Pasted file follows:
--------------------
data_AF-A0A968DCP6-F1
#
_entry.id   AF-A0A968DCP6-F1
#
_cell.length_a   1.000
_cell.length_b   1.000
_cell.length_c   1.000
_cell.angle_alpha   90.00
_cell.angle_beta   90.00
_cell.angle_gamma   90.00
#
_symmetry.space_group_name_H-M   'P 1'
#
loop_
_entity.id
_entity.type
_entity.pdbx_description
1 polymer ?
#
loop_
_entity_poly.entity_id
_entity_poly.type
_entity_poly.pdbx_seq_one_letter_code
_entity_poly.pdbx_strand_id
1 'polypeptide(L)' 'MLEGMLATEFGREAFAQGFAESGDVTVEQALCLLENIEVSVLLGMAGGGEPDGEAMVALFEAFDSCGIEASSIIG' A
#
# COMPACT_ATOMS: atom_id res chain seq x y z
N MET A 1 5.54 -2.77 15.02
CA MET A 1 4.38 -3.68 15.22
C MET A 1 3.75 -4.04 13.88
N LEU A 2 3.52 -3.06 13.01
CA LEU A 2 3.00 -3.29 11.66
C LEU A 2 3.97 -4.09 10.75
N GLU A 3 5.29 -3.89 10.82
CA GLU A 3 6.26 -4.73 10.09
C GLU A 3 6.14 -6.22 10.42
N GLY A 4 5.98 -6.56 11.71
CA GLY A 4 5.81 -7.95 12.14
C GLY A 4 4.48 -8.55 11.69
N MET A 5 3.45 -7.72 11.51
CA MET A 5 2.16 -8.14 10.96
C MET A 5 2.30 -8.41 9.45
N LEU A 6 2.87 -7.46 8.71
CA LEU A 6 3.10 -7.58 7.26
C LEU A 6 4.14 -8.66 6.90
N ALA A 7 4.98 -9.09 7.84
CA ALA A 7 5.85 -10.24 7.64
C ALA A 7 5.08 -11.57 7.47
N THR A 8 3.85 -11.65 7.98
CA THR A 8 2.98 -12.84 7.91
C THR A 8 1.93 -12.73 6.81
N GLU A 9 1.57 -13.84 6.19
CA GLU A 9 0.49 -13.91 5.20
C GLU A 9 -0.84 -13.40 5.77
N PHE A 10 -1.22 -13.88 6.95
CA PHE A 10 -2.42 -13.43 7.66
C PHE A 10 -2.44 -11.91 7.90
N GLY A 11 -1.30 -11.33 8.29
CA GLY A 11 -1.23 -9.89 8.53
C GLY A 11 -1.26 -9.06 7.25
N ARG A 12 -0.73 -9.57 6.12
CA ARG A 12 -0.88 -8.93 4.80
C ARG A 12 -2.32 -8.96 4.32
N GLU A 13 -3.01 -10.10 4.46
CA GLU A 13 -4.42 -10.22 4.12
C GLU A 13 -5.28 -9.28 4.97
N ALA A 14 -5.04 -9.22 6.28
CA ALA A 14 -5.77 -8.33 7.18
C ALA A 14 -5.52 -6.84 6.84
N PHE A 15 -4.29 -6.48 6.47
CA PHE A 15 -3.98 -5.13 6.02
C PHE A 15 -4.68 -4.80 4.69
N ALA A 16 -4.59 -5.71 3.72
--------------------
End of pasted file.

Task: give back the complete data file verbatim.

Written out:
data_AF-A0A968DCP6-F1
#
_entry.id   AF-A0A968DCP6-F1
#
_cell.length_a   1.000
_cell.length_b   1.000
_cell.length_c   1.000
_cell.angle_alpha   90.00
_cell.angle_beta   90.00
_cell.angle_gamma   90.00
#
_symmetry.space_group_name_H-M   'P 1'
#
loop_
_entity.id
_entity.type
_entity.pdbx_description
1 polymer ?
#
loop_
_entity_poly.entity_id
_entity_poly.type
_entity_poly.pdbx_seq_one_letter_code
_entity_poly.pdbx_strand_id
1 'polypeptide(L)' 'MLEGMLATEFGREAFAQGFAESGDVTVEQALCLLENIEVSVLLGMAGGGEPDGEAMVALFEAFDSCGIEASSIIG' A
#
# COMPACT_ATOMS: atom_id res chain seq x y z
N MET A 1 5.54 -2.77 15.02
CA MET A 1 4.38 -3.68 15.22
C MET A 1 3.75 -4.04 13.88
N LEU A 2 3.52 -3.06 13.01
CA LEU A 2 3.00 -3.29 11.66
C LEU A 2 3.97 -4.09 10.75
N GLU A 3 5.29 -3.89 10.82
CA GLU A 3 6.26 -4.73 10.09
C GLU A 3 6.14 -6.22 10.42
N GLY A 4 5.98 -6.56 11.71
CA GLY A 4 5.81 -7.95 12.14
C GLY A 4 4.48 -8.55 11.69
N MET A 5 3.45 -7.72 11.51
CA MET A 5 2.16 -8.14 10.96
C MET A 5 2.30 -8.41 9.45
N LEU A 6 2.87 -7.46 8.71
CA LEU A 6 3.10 -7.58 7.26
C LEU A 6 4.14 -8.66 6.90
N ALA A 7 4.98 -9.09 7.84
CA ALA A 7 5.85 -10.24 7.64
C ALA A 7 5.08 -11.57 7.47
N THR A 8 3.85 -11.65 7.98
CA THR A 8 2.98 -12.84 7.91
C THR A 8 1.93 -12.73 6.81
N GLU A 9 1.57 -13.84 6.19
CA GLU A 9 0.49 -13.91 5.20
C GLU A 9 -0.84 -13.40 5.77
N PHE A 10 -1.22 -13.88 6.95
CA PHE A 10 -2.42 -13.43 7.66
C PHE A 10 -2.44 -11.91 7.90
N GLY A 11 -1.30 -11.33 8.29
CA GLY A 11 -1.23 -9.89 8.53
C GLY A 11 -1.26 -9.06 7.25
N ARG A 12 -0.73 -9.57 6.12
CA ARG A 12 -0.88 -8.93 4.80
C ARG A 12 -2.32 -8.96 4.32
N GLU A 13 -3.01 -10.10 4.46
CA GLU A 13 -4.42 -10.22 4.12
C GLU A 13 -5.28 -9.28 4.97
N ALA A 14 -5.04 -9.22 6.28
CA ALA A 14 -5.77 -8.33 7.18
C ALA A 14 -5.52 -6.84 6.84
N PHE A 15 -4.29 -6.48 6.47
CA PHE A 15 -3.98 -5.13 6.02
C PHE A 15 -4.68 -4.80 4.69
N ALA A 16 -4.59 -5.71 3.72